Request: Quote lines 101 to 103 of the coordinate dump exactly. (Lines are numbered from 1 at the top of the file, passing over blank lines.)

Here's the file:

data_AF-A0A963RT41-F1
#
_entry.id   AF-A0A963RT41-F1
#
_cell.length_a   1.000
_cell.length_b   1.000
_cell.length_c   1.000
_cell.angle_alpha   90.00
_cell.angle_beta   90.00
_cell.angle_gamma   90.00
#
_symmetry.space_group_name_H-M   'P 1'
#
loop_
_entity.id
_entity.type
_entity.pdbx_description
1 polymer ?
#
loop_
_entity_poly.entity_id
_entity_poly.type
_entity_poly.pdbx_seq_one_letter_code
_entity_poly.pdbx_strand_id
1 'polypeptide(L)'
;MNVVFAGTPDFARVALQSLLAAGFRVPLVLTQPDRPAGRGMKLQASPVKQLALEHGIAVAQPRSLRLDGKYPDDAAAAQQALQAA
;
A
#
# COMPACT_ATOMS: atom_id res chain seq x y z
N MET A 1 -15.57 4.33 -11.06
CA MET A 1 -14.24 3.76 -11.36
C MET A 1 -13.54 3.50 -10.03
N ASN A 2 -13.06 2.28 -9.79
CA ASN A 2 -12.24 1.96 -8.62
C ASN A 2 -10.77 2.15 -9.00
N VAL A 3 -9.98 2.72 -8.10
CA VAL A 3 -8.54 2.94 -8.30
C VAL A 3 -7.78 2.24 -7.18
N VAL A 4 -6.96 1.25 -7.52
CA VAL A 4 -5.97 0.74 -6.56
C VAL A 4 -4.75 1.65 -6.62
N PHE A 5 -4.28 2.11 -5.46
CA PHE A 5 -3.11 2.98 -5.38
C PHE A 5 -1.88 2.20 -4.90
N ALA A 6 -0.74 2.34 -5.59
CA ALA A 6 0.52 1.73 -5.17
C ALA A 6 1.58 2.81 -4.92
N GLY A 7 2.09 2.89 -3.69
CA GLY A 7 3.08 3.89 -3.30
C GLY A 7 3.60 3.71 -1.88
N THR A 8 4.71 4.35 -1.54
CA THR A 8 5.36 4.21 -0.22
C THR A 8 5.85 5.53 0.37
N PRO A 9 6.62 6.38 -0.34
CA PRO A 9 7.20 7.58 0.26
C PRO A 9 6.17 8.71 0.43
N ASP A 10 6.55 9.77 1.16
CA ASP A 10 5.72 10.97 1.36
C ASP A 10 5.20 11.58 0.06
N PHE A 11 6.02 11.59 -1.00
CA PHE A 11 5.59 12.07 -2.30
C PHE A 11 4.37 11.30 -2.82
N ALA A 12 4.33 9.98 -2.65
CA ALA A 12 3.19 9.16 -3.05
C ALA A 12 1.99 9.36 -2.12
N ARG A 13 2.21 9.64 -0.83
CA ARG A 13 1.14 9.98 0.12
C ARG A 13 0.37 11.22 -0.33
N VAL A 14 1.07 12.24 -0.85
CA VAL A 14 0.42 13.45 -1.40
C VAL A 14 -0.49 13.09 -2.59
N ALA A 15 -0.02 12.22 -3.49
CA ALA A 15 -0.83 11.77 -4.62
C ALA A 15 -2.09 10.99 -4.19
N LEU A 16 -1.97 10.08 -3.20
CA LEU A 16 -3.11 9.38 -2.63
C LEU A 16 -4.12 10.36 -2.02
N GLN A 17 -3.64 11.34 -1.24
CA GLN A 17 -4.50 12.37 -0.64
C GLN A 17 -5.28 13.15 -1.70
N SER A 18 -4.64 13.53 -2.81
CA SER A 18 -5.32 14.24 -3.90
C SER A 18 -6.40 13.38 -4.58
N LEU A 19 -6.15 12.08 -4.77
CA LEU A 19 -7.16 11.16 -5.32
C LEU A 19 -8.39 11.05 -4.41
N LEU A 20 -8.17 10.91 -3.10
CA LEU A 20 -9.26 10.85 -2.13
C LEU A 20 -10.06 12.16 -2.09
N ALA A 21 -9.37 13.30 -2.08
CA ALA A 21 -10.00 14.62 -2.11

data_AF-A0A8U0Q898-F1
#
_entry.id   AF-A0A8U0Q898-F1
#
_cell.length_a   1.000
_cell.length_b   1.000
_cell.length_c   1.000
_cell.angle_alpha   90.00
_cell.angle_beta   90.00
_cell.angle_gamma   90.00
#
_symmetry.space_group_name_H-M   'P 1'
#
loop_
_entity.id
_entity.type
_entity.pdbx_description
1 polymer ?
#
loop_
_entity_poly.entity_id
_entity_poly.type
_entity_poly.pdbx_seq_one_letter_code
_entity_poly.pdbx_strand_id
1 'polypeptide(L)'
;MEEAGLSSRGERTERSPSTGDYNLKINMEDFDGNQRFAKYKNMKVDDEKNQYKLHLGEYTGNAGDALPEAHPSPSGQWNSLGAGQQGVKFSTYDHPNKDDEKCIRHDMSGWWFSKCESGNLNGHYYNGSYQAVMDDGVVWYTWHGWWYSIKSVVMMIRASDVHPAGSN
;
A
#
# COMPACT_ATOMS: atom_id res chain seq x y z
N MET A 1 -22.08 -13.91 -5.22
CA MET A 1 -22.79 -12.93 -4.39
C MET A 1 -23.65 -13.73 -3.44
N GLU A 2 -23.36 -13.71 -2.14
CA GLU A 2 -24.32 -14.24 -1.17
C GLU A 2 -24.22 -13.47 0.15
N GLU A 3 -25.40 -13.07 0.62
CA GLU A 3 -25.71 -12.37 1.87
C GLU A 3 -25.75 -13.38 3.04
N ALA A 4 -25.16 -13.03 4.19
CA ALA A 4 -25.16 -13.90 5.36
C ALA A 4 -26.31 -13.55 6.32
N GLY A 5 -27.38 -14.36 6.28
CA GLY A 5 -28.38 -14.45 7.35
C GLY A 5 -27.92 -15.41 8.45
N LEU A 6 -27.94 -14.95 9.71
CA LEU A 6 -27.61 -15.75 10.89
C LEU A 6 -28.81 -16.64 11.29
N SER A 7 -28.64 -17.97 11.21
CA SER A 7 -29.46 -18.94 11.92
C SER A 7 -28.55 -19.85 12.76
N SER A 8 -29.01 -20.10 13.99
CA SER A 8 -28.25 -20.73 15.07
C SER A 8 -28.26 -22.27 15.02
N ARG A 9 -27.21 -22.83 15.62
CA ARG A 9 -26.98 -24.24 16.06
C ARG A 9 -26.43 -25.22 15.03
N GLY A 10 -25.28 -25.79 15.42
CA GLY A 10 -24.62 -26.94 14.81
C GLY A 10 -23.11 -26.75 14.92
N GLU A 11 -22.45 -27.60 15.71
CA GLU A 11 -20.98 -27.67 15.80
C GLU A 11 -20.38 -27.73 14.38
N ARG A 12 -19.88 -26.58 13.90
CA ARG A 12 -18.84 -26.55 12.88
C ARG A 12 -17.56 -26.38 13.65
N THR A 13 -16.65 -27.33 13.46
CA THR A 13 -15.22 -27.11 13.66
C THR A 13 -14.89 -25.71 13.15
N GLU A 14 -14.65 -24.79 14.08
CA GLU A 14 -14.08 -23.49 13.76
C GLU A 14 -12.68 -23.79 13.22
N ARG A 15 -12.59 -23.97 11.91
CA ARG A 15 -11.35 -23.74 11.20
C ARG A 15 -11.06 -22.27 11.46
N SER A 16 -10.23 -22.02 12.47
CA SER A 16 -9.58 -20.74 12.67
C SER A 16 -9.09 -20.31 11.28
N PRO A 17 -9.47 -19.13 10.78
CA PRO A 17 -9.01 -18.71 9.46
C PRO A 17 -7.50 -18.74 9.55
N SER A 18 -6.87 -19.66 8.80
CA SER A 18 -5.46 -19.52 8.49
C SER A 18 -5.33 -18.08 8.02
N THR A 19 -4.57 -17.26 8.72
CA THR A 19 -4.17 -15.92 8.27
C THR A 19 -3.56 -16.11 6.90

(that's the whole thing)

_cell.angle_beta   90.00
_cell.angle_gamma   90.00
#